Cyclic analogues of α-conotoxin Vc1.1 inhibit colonic nociceptors and provide analgesia in a mouse model of chronic abdominal pain

Joel Castro, Luke Grundy, Annemie Deiteren, Andrea Harrington, Tracey O'Donnell, Jessica Maddern, Jessi Moore, Sonia Garcia-Caraballo, Grigori Rychkov, Rilei Yu, Quentin Kaas, David J. Craik, David J. Adams, Stuart Brierley

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Abstract

Background and Purpose: Patients with irritable bowel syndrome suffer from chronic visceral pain (CVP) and limited analgesic therapeutic options are currently available. We have shown that α-conotoxin Vc1.1 induced activation of GABAB receptors on the peripheral endings of colonic afferents and reduced nociceptive signalling from the viscera. However, the analgesic efficacy of more stable, cyclized versions of Vc1.1 on CVP remains to be determined. Experimental Approach: Using ex vivo colonic afferent preparations from mice, we determined the inhibitory actions of cyclized Vc1.1 (cVc1.1) and two cVc1.1 analogues on mouse colonic nociceptors in healthy and chronic visceral hypersensitivity (CVH) states. Using whole-cell patch clamp recordings, we also assessed the inhibitory actions of these peptides on the neuronal excitability of colonic innervating dorsal root ganglion neurons. In vivo, the analgesic efficacy of these analogues was assessed by determining the visceromotor response to colorectal distension in healthy and CVH mice. Key Results: cVc1.1 and the cVc1.1 analogues, [C2H,C8F]cVc1.1 and [N9W]cVc1.1, all caused concentration-dependent inhibition of colonic nociceptors from healthy mice. Inhibition by these peptides was greater than those evoked by linear Vc1.1 and was substantially greater in colonic nociceptors from CVH mice. cVc1.1 also reduced excitability of colonic dorsal root ganglion neurons, with greater effect in CVH neurons. CVH mice treated with cVc1.1 intra-colonically displayed reduced pain responses to noxious colorectal distension compared with vehicle-treated CVH mice. Conclusions and Implications: Cyclic versions of Vc1.1 evoked significant anti-nociceptive actions in CVH states, suggesting that they could be novel candidates for treatment of CVP. Linked Articles: This article is part of a themed section on Recent Advances in Targeting Ion Channels to Treat Chronic Pain. To view the other articles in this section visit http://onlinelibrary.wiley.com/doi/10.1111/bph.v175.12/issuetoc.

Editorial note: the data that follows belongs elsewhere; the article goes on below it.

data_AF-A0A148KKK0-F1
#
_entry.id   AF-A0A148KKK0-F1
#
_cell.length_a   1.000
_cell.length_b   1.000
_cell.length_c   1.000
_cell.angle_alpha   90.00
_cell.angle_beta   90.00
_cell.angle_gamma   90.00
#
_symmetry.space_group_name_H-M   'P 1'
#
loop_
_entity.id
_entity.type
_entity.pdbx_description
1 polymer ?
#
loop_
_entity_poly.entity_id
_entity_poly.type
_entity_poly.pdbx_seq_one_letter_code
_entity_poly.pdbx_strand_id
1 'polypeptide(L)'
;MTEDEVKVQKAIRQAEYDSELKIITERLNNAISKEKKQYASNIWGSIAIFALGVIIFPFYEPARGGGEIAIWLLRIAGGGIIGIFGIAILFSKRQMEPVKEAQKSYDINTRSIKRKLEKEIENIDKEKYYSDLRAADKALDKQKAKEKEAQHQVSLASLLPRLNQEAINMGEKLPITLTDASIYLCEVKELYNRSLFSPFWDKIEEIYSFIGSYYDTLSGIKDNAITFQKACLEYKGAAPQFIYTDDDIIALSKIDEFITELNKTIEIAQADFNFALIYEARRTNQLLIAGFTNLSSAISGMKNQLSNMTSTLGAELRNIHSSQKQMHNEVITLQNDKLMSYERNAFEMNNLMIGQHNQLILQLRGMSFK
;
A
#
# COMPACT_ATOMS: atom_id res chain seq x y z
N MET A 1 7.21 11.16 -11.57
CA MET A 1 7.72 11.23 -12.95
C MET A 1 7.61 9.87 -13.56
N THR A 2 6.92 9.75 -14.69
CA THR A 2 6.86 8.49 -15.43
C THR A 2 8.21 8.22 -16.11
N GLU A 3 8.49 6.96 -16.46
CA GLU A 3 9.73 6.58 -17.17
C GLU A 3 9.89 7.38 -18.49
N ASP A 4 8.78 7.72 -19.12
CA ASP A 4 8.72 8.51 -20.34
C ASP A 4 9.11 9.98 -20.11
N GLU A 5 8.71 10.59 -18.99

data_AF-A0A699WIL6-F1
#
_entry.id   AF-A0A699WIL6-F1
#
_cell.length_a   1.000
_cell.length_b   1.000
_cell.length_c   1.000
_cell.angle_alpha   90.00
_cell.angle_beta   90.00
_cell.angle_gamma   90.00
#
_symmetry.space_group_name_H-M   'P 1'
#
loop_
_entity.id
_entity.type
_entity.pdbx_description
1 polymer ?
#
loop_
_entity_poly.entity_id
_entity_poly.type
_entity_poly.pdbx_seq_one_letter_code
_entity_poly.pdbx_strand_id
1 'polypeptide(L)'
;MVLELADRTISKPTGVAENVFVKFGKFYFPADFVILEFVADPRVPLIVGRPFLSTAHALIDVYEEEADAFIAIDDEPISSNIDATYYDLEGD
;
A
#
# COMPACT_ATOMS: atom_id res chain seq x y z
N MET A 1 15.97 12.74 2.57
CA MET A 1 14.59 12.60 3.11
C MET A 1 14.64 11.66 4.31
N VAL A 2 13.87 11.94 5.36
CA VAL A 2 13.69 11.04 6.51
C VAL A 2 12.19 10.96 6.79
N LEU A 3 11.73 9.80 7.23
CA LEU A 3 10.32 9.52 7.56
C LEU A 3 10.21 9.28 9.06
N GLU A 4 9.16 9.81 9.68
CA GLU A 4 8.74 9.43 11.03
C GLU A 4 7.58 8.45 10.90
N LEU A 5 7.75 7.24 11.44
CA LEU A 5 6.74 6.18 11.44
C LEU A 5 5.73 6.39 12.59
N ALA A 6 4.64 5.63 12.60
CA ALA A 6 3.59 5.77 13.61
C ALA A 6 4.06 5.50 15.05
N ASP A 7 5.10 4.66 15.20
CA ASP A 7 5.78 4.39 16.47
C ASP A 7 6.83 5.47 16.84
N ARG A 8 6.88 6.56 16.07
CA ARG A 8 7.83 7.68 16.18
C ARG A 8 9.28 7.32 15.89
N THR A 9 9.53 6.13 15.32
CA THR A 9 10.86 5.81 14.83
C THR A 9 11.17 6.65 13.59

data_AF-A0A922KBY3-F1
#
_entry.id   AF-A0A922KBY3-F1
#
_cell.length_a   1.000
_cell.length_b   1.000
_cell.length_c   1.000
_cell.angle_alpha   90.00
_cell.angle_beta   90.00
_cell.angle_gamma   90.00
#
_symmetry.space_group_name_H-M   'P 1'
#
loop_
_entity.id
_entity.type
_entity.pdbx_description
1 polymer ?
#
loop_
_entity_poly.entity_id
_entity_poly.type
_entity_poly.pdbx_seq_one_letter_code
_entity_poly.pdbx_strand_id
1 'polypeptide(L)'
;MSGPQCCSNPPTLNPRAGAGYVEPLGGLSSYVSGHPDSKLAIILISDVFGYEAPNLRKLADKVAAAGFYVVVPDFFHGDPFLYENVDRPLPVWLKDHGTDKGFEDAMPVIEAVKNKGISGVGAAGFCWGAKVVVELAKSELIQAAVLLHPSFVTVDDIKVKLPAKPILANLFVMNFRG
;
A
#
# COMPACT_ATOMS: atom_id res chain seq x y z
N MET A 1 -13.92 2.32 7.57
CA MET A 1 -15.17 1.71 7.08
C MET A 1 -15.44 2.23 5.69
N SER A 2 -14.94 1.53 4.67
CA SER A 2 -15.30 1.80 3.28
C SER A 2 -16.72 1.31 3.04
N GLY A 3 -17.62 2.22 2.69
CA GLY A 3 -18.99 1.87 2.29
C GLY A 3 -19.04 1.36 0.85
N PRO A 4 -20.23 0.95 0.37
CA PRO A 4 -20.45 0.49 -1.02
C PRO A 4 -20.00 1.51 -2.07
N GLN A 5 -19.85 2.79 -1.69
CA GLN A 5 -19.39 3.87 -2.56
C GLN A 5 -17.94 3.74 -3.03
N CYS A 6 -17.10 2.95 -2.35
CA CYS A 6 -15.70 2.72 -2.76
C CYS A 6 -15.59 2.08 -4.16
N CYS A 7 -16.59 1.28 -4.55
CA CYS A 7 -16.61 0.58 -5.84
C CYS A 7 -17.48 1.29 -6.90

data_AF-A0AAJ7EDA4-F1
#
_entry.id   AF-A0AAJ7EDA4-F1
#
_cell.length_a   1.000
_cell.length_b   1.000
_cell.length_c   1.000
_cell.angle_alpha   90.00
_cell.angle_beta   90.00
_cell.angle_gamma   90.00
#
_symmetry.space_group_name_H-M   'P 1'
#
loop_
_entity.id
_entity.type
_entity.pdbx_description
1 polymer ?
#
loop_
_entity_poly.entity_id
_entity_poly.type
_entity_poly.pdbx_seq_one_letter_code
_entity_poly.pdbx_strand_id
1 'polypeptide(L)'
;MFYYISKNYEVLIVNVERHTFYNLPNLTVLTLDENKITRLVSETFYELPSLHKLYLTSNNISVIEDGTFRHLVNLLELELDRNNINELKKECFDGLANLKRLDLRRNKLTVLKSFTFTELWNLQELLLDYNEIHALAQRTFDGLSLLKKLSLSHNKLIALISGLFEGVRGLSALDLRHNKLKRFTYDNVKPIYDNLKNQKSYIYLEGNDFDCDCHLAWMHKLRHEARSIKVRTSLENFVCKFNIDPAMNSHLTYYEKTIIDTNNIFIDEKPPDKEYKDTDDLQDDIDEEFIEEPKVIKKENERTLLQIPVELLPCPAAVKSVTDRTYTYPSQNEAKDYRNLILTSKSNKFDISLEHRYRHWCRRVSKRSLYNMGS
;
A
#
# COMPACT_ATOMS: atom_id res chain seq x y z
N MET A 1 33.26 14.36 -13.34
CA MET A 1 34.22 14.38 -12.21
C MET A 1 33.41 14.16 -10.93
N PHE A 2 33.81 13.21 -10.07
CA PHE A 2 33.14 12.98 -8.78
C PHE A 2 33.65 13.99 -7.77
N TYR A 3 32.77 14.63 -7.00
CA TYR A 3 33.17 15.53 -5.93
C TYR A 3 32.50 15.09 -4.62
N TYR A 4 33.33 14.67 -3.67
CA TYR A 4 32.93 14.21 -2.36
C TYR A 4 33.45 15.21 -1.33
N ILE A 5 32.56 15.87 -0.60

LanguageEnglish
Pages2384-2398
Number of pages15
JournalBritish Journal of Pharmacology
Volume175
Issue number12
DOIs
Publication statusPublished - 1 Jun 2018

ASJC Scopus subject areas

  • Pharmacology

Cite this

@article{22902ce7c36141d18ef67619986054e0,
title = "Cyclic analogues of α-conotoxin Vc1.1 inhibit colonic nociceptors and provide analgesia in a mouse model of chronic abdominal pain",